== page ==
What if automation could help scale the remake and repair business models? If the selection and handling of post-consumer waste could be done by a machine and product information be generated automatically? Elevate remake from craft to the next industry and thus increase circularity of garments?
The projects Mikrofabriker and Circular Movement investigate the application of new and existing technology in order to facilitate new circular business models for the fashion and textile industry. In the “Remake Machine” the entire flow for remake has been automated through software development, the use of AI and integration of existing systems. An operator registers the garments in the system and simultaneously a product is created on an e-commerce platform. The Eton system, an overhead conveyor system for single items, transports the garments to an automated photo studio that snaps pictures of the garments directly to the e-commerce platform. Simultaneously the AI scans for defects and either directs the
garment to the correct operator or workstation for upgrading or sends the garment to the buffer awaiting an upgrade.
The remake machine is designed as an on-demand solution for automatic upgrading of garments through design; operations are not carried out before there is an order. The machine can also be used to handle deadstock for mass upgrading or to handle one garment type with multiple remake designs.
Science Park Borås, Ledai AB, Automation region, Intelligent bridge, Eton systems AB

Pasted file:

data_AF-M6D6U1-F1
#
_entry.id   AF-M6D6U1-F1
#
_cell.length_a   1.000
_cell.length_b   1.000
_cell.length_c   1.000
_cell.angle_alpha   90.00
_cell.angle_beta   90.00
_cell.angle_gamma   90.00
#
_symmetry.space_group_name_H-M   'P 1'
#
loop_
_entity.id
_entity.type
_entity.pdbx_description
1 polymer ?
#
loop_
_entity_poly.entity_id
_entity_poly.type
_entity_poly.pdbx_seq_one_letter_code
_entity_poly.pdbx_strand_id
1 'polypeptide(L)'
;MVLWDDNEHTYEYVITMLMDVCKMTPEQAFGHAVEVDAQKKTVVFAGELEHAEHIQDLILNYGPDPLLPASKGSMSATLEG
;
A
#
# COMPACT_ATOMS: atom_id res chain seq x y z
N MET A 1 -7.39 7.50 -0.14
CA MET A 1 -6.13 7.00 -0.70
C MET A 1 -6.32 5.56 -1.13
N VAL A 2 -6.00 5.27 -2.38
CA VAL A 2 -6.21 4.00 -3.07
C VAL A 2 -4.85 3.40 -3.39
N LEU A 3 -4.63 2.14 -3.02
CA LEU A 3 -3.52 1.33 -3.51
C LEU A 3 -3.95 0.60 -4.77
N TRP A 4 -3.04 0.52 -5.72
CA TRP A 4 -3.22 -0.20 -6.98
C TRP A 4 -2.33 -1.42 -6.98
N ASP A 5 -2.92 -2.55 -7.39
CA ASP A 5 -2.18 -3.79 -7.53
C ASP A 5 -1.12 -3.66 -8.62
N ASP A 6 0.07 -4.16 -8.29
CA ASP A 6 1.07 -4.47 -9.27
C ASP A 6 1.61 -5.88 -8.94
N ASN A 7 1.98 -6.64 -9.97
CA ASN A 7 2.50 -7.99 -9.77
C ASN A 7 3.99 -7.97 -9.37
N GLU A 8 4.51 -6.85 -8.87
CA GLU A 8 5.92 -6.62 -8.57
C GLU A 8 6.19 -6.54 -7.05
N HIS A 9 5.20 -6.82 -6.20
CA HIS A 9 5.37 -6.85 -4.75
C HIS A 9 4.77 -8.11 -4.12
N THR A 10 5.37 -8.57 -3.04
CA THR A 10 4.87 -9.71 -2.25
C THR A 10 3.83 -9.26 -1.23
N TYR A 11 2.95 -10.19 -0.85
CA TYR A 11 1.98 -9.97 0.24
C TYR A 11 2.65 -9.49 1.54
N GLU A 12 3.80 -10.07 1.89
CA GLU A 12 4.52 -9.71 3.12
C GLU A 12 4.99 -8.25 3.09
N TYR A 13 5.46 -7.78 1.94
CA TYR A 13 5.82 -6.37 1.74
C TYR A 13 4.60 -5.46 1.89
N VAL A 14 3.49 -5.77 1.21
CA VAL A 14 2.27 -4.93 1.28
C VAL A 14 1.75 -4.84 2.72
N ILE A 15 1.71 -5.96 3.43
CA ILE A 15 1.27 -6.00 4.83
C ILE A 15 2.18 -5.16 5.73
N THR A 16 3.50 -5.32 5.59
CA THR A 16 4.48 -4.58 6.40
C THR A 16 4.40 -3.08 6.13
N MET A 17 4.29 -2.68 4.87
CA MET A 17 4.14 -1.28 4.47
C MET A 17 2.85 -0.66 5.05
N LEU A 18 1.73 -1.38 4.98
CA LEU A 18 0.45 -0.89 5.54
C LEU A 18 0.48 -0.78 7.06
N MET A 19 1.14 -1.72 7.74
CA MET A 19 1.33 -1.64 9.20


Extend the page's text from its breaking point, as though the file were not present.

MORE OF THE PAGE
New innovative resource efficient technology
Profitable and sustainable circular business models
Reduction of waste
In recent years, the global demand for textile fibers has witnessed a significant upswing, driven by a growing population and the expanding fashion and apparel industry. At the same time there is an escalating problem of textile waste. A considerable portion of discarded textiles ends up in landfills, causing environmental challenges. It’s imperative that we shift our perspective and begin to see textile waste as a valuable resource.
By adopting a circular economy approach, we can unlock the potential of textile waste as a secondary raw material. Amidst the growing concerns of textile waste, the concept of efficient and automated microfactories is emerging as a beacon of hope. These microfactories, equipped with cutting-edge technologies such as 3D printing, robotic assembly, and AI-driven design, hold the potential to revolutionize the way we view textile production, remake, and repairs.
These microfactories can play a crucial role in making remake and repairs not only environmentally
responsible but also economically viable.
Thinking about technology means thinking about politics and culture, technology on its own will
solve nothing. Technology does however give us a vehicle to envision a system of 0% waste and 100%
circularity with positive impact on society and natural systems. Use of digital tools can minimize
waste in the design process, product development and retail operations. Digital tools enable
manufacturing close to the end consumer that can significantly reduce over production. It can also
help consumers of fashion and textile products to make smarter decisions.
All group objects:
The production of a textile product is a major factor affecting the environmental footprint of the final product. Textile production consists of many stages; there is the production of the fiber, yarn, and fabric, product assembly and post-treatments at all stages. Each one of these stages needs to be considered in order to improve the environmental footprint of the textile product.
One challenge when working with textile production and sustainability is having comprehensive knowledge about the processes and having detailed information available about all stages of production.
Ongoing research and initiatives are finding new techniques and methods for measuring, documenting, and sharing information from the production stages. This makes it possible for brands to more easily document and communicate their products’ environmental footprints, including the production stages.